Global CIO: Sam Palmisano And Larry Ellison Deserve Their Big Paydays
The anti-capitalism community will howl, but the CEOs of IBM and Oracle deserve every penny of their big comp deals. Sorry, howlers, but the numbers tell the story.
** "IBM earlier this week said revenues for the fourth quarter of 2010 increased 7%, to $29 billion, while net income grew 9%, to $5.3 billion—both quarterly records for the company."
** " 'We completed an outstanding year, with record profit and free cash flow, and exceeded the high end of our 2010 earnings per share roadmap objective,' said Palmisano, in a statement."
** " 'We also capped a decade in which our shift to high-value businesses, our global integration of IBM, our investment in research and development of almost $60 billion and our acquisition of 116 companies have helped us to nearly triple our EPS and return more than $100 billion to shareholders,' said Palmisano, whose total compensation package was worth $21.2 million in 2009, the most recent year for which IBM has published data on executive pay."
** "IBM's push into new markets, along with aggressive cost controls, have powered the company's stock price to new heights over a period when most investors were happy just not to lose money. IBM's share price has almost doubled over the past five years, while an S&P tracking fund would have returned 0% over the same period."
With results like that for IBM shareholders and for IBM customers, did Palmisano deserve an additional $4.25 million in incentive pay? If you ask me, for the scope of Palmisano's achievement affecting 400,000 IBM employees, many tens of thousands of shareholders, and many thousands of IBM customers who proved their belief in him with their wallets, that $4.25 million bump in incentive pay was a great bargain for IBM.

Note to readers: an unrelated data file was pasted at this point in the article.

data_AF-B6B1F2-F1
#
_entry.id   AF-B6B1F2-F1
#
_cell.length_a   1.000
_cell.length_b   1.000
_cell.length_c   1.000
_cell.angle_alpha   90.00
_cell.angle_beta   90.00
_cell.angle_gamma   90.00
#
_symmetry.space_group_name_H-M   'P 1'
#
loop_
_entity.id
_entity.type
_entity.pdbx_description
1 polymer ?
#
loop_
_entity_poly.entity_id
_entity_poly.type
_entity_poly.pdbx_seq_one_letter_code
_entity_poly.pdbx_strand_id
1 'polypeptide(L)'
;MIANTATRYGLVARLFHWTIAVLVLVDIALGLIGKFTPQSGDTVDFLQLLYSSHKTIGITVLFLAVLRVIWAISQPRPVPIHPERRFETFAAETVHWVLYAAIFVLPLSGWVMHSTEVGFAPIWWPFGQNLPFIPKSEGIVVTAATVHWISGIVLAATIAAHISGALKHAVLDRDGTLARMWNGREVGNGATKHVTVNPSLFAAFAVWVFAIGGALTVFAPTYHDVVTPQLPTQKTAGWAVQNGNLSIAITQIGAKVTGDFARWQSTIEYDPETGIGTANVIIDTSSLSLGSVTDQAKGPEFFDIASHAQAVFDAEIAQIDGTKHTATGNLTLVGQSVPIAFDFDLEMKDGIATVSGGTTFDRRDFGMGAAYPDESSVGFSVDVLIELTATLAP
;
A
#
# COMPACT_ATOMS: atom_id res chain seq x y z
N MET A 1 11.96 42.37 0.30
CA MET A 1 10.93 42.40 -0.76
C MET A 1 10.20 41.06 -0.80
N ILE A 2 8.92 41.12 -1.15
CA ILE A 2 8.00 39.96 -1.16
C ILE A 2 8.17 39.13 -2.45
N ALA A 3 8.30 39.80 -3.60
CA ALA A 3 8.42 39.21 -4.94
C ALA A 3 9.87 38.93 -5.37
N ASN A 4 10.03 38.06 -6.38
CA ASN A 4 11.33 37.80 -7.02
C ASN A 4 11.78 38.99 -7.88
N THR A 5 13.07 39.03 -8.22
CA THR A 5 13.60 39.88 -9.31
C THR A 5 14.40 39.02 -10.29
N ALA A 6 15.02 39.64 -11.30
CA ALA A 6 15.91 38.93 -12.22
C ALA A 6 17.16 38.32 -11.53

As IBM discloses more details of Palmisano's overall comp package, surely we'll hear cries of outrage from various quarters about the unfairness and even cruelty of one person getting $9 million in incentives and probably another $10 million or so in stock options, while hundreds of thousands of Palmisano's grassroots IBM colleagues only get $1,000 in stock options that don't vest until 2015.
Maybe that will lead to proposed legislation from Congress saying such disparities can't exceed 400x, or 100x, or 10x. But if we're going to head down that suicidal slope, then why not be true to the core ideal and attempt to mandate zero disparity in pay for all employees?
If lots and lots of people could do what Sam Palmisano has done at IBM for almost the past decade,then the fundamental laws of supply and demand would greatly reduce the compensation IBM's willing to pay its CEO. That's clearly not the case, and free-market dynamics result in Palmisano receiving significant compensation for very significant performance.
Then there's Oracle, where CEO Larry Ellison takes a salary of only $1 per year and ties the vast majority of his compensation to the company's stock price. Here's a perspective on Ellison's value to the company from a recent investorplace.com article called 5 Elite CEOs Getting Paid Peanuts:
Ellison "commands only $1 a year to lead the database giant. . . . Oracle shareholders also have some big bucks to spend as well, as the stock sailed 29% higher in 2010." And since the beginning of 2011, the stock's continued to climb.
But since one year offers only a relatively limited timespan for evaluating performance, let's look back over the last decade to gauge Oracle's performance against Ellison's compensation. Without question, for the decade ending May 31, 2009, Ellison was paid spectacularly well, as detailed in a Wall Street Journal analysis of public-company CEO pay over the past decade that put him in the #1 spot with this whopping pay package:
InformationWeek Tech Digest, Nov. 10, 2014Just 30% of respondents to our new survey say their companies are very or extremely effective at identifying critical data and analyzing it to make decisions, down from 42% in 2013. What gives?